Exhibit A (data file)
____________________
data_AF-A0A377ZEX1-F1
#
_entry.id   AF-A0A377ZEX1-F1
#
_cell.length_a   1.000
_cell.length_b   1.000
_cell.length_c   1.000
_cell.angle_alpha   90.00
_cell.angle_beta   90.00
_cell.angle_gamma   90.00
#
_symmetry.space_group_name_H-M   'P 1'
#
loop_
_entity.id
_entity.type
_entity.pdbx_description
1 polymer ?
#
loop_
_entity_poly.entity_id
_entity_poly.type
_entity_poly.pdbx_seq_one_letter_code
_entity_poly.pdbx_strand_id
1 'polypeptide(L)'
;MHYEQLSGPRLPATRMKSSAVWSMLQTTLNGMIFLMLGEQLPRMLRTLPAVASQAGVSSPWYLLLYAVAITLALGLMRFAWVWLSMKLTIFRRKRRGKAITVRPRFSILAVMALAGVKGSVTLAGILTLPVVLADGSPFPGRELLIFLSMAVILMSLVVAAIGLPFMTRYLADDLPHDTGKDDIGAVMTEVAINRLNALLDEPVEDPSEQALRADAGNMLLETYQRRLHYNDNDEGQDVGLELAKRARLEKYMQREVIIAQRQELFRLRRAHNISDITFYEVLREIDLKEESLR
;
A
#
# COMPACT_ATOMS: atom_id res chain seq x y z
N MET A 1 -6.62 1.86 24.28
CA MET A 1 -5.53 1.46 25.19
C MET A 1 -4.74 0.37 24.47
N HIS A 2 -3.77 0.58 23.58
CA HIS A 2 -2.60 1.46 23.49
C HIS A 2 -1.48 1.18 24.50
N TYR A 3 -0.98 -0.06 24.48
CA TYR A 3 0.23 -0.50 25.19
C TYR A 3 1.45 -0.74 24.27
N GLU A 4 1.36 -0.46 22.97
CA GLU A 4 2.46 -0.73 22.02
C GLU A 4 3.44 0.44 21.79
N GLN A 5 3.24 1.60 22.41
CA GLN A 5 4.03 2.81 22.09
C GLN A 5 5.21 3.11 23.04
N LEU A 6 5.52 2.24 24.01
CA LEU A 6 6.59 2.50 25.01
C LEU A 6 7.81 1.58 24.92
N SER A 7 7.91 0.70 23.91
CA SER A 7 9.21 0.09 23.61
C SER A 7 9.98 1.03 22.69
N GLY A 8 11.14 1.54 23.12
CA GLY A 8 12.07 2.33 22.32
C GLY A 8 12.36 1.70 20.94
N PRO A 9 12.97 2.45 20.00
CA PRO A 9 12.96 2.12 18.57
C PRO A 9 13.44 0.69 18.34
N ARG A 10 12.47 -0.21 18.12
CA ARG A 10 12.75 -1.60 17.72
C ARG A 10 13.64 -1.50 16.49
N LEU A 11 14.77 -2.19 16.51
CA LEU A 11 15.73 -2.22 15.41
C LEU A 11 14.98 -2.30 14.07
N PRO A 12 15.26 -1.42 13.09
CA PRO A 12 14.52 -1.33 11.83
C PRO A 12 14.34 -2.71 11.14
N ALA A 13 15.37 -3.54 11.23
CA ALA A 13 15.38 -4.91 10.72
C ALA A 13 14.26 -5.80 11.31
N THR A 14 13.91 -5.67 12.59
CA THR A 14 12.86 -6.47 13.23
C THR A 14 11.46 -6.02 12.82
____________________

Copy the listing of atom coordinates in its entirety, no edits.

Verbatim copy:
data_AF-A0A377ZEX1-F1
#
_entry.id   AF-A0A377ZEX1-F1
#
_cell.length_a   1.000
_cell.length_b   1.000
_cell.length_c   1.000
_cell.angle_alpha   90.00
_cell.angle_beta   90.00
_cell.angle_gamma   90.00
#
_symmetry.space_group_name_H-M   'P 1'
#
loop_
_entity.id
_entity.type
_entity.pdbx_description
1 polymer ?
#
loop_
_entity_poly.entity_id
_entity_poly.type
_entity_poly.pdbx_seq_one_letter_code
_entity_poly.pdbx_strand_id
1 'polypeptide(L)'
;MHYEQLSGPRLPATRMKSSAVWSMLQTTLNGMIFLMLGEQLPRMLRTLPAVASQAGVSSPWYLLLYAVAITLALGLMRFAWVWLSMKLTIFRRKRRGKAITVRPRFSILAVMALAGVKGSVTLAGILTLPVVLADGSPFPGRELLIFLSMAVILMSLVVAAIGLPFMTRYLADDLPHDTGKDDIGAVMTEVAINRLNALLDEPVEDPSEQALRADAGNMLLETYQRRLHYNDNDEGQDVGLELAKRARLEKYMQREVIIAQRQELFRLRRAHNISDITFYEVLREIDLKEESLR
;
A
#
# COMPACT_ATOMS: atom_id res chain seq x y z
N MET A 1 -6.62 1.86 24.28
CA MET A 1 -5.53 1.46 25.19
C MET A 1 -4.74 0.37 24.47
N HIS A 2 -3.77 0.58 23.58
CA HIS A 2 -2.60 1.46 23.49
C HIS A 2 -1.48 1.18 24.50
N TYR A 3 -0.98 -0.06 24.48
CA TYR A 3 0.23 -0.50 25.19
C TYR A 3 1.45 -0.74 24.27
N GLU A 4 1.36 -0.46 22.97
CA GLU A 4 2.46 -0.73 22.02
C GLU A 4 3.44 0.44 21.79
N GLN A 5 3.24 1.60 22.41
CA GLN A 5 4.03 2.81 22.09
C GLN A 5 5.21 3.11 23.04
N LEU A 6 5.52 2.24 24.01
CA LEU A 6 6.59 2.50 25.01
C LEU A 6 7.81 1.58 24.92
N SER A 7 7.91 0.70 23.91
CA SER A 7 9.21 0.09 23.61
C SER A 7 9.98 1.03 22.69
N GLY A 8 11.14 1.54 23.12
CA GLY A 8 12.07 2.33 22.32
C GLY A 8 12.36 1.70 20.94
N PRO A 9 12.97 2.45 20.00
CA PRO A 9 12.96 2.12 18.57
C PRO A 9 13.44 0.69 18.34
N ARG A 10 12.47 -0.21 18.12
CA ARG A 10 12.75 -1.60 17.72
C ARG A 10 13.64 -1.50 16.49
N LEU A 11 14.77 -2.19 16.51
CA LEU A 11 15.73 -2.22 15.41
C LEU A 11 14.98 -2.30 14.07
N PRO A 12 15.26 -1.42 13.09
CA PRO A 12 14.52 -1.33 11.83
C PRO A 12 14.34 -2.71 11.14
N ALA A 13 15.37 -3.54 11.23
CA ALA A 13 15.38 -4.91 10.72
C ALA A 13 14.26 -5.80 11.31
N THR A 14 13.91 -5.67 12.59
CA THR A 14 12.86 -6.47 13.23
C THR A 14 11.46 -6.02 12.82